Lee Memorial Blood Center continues donation drive
Although a total of 257 units of blood were collected during five blood drives held last week, the Lee Memorial Blood Center is still asking residents to donate blood, so it can continue to tackle the blood shortage the area is currently experiencing.
“We really need to ask the community if they haven’t had the chance to come in and donate to please do so, or if they have any questions to please call and find out if they can be a lifesaver for someone,” Nancy Hendrick, community relations director of Lee Memorial Blood Center, said. “Bottom line is, we’re still in great need of all blood types, so come on down and give the gift of life.”
The Fun in the Sun Hospital Blood Drive at HealthPark generated the most donations over the two days it was held with 129 units on July 6 and 88 units on July 7.
The blood drive held at Christian Life Fellowship Church collected 18 units of blood the day before the Fourth of July, seven units of blood were collected from the blood drive held at Curves and three units of blood were collected from Sweetbay Supermarket. In a blood drive held over the weekend, 12 units of blood were collected at St. Andrew Catholic Church.
Hendrick said the drives that were recently held helped cover the need of blood for the Lee Memorial Health System for a brief period of time.
“We are still experiencing shortages of all blood types, especially O negative and A negative,” she said.
Hendrick said O negative blood, which only 9 percent of the population has, is universal because when an individual with a trauma visits the hospital, he or she is usually given O negative blood type first before the staff determines what blood type the patient is.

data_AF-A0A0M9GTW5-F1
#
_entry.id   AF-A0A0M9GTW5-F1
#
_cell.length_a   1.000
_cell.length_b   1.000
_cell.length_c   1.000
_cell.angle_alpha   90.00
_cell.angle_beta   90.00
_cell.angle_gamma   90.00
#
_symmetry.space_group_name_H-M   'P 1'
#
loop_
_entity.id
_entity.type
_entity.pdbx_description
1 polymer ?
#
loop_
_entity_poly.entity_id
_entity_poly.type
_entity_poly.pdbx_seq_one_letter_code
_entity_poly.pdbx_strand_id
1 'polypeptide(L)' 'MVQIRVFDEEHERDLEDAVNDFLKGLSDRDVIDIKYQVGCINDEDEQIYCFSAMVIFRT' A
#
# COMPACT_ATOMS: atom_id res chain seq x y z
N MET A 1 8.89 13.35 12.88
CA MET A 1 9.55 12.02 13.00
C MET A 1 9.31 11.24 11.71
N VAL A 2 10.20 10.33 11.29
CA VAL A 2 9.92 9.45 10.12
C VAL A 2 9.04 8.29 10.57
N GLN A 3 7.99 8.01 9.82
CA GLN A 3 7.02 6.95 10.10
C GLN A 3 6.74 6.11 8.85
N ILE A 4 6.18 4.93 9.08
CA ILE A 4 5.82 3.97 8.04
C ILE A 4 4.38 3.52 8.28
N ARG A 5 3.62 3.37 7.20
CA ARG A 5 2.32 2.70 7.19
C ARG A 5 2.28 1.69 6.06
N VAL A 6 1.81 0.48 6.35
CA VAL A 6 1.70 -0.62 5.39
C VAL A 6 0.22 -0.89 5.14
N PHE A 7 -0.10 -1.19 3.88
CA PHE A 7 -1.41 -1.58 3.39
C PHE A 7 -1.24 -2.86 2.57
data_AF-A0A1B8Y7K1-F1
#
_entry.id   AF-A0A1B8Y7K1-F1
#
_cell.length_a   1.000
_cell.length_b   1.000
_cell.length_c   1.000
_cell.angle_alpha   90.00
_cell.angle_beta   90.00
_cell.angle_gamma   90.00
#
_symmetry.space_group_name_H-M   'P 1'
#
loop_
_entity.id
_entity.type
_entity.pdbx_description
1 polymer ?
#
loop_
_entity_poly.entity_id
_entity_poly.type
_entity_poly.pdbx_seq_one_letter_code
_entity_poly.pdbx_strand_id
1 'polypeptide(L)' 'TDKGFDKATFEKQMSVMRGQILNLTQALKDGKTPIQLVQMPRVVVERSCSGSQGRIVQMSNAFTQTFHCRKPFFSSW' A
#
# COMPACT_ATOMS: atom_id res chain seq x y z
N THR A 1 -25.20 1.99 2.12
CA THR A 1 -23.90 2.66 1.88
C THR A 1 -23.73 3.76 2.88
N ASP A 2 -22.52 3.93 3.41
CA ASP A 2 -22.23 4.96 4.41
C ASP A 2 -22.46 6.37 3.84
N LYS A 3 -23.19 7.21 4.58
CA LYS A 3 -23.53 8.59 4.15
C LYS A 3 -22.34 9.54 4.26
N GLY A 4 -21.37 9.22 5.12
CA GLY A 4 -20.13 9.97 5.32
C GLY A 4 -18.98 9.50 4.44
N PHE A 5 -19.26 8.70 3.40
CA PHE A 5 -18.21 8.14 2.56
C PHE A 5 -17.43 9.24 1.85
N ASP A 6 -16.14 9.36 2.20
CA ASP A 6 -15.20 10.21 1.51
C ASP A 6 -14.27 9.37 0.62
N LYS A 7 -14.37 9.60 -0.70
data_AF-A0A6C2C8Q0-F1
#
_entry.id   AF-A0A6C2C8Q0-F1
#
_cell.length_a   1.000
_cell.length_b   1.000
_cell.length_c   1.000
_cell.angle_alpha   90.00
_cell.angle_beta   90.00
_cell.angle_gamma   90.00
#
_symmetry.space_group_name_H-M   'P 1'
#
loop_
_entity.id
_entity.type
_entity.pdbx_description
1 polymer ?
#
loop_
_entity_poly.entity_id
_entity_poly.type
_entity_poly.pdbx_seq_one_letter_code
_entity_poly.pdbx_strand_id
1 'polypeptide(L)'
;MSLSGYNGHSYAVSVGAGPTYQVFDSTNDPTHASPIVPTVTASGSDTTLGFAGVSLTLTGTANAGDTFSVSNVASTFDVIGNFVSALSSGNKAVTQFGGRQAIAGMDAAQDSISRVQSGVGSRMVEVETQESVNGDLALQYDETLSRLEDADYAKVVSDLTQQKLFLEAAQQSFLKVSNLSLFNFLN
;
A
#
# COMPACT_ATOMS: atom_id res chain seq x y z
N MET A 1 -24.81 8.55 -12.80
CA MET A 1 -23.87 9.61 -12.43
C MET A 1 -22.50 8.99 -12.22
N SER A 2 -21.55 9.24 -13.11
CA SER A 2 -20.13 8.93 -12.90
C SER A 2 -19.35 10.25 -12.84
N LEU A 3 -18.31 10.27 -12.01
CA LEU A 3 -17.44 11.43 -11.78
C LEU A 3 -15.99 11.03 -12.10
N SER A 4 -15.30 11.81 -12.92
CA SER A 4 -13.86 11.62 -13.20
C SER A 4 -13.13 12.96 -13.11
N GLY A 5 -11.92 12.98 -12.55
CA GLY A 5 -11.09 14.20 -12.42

Although O negative is a universal blood type, she said if an individual is O negative, that person can only receive O negative blood type back.
Only 7 percent of the population has an A negative blood type.
The most common blood type is O positive, with 40 percent of the population having that type. Thirty-one percent of the population has A positive blood.
Two additional blood drives will be held in Fort Myers. The first blood drive will be held today at Lee Memorial Hospital from 8 a.m. until 4 p.m. On Wednesday, the blood mobile will travel to Edison State College from 10 a.m. until 5 p.m. in parking lot three.
To donate blood, individuals must be at least 17 years old, or 16 with parental consent, and in good general health, along with weighing a minimum of 115 pounds. Before donating blood, individuals should be hydrated and eat high fiber foods.
A photo ID is needed for first-time donors.
Individuals can also donate their blood at the Cape Coral Hospital Donor Center Monday through Friday. The hours are from 8 a.m. until 4:30 p.m., Monday, Wednesday, Thursday and Friday, and from 8 a.m. until 7 p.m. on Tuesday.
For information call the Cape Coral Hospital Donor Center at 239-424-2400.
An individual can donate blood every 56 days, which can amount to a total of six times a year, if timed correctly.
Hendrick said LMHS needs 800 units of blood and blood products a week just to sustain the demand, which is an increase of the 600 units they used to need a week to fulfil that demand.
She said the majority of the blood donations goes to the Regional Cancer Center and the Children’s Hospital. The cancer center alone utilizes between 300 to 350 units of blood and blood products a week.
The shortage Lee Memorial Blood Center is experiencing stems from the departure of winter visitors and school being let out for the summer. The high school students of Lee County make up 30 percent of the blood donations the Lee Memorial Blood Center receives.
The Lee Memorial Blood Center is the sole provider for the Lee Memorial Health System.
For more information about the Lee Memorial Blood Center visit www.leememorial.org/bloodcenter/index.asp.